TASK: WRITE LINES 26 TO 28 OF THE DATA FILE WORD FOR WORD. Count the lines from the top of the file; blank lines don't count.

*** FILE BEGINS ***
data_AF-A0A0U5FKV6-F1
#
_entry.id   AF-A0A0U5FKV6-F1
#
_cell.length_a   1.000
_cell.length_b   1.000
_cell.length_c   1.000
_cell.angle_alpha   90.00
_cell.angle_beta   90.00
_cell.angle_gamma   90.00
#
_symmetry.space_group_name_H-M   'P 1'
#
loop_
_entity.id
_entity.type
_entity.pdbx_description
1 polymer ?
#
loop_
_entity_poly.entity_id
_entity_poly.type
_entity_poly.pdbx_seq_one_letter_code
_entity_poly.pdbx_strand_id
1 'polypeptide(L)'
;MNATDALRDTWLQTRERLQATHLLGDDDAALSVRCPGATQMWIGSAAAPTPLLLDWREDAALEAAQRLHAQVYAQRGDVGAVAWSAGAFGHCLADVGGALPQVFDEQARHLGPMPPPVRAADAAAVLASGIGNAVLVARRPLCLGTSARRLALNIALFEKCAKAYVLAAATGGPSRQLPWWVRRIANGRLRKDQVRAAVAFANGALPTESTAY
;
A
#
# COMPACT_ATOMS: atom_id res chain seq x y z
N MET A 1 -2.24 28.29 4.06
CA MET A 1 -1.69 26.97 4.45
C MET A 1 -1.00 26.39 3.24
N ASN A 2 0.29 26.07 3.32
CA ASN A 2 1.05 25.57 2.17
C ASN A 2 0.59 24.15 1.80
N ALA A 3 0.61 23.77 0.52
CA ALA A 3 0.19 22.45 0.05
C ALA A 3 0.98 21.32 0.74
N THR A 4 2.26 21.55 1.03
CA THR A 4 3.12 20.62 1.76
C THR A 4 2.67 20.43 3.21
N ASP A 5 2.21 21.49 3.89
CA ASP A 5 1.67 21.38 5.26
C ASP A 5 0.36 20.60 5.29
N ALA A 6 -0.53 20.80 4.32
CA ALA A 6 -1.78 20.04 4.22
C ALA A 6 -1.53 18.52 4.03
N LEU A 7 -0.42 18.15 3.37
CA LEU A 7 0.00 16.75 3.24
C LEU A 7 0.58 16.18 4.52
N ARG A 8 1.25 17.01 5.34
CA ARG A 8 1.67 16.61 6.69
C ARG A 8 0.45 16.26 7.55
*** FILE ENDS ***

;MNATDALRDTWLQTRERLQATHLLGDDDAALSVRCPGATQMWIGSAAAPTPLLLDWREDAALEAAQRLHAQVYAQRGDVGAVAWSAGAFGHCLADVGGALPQVFDEQARHLGPMPPPVRAADAAAVLASGIGNAVLVARRPLCLGTSARRLALNIALFEKCAKAYVLAAATGGPSRQLPWWVRRIANGRLRKDQVRAAVAFANGALPTESTAY
;
A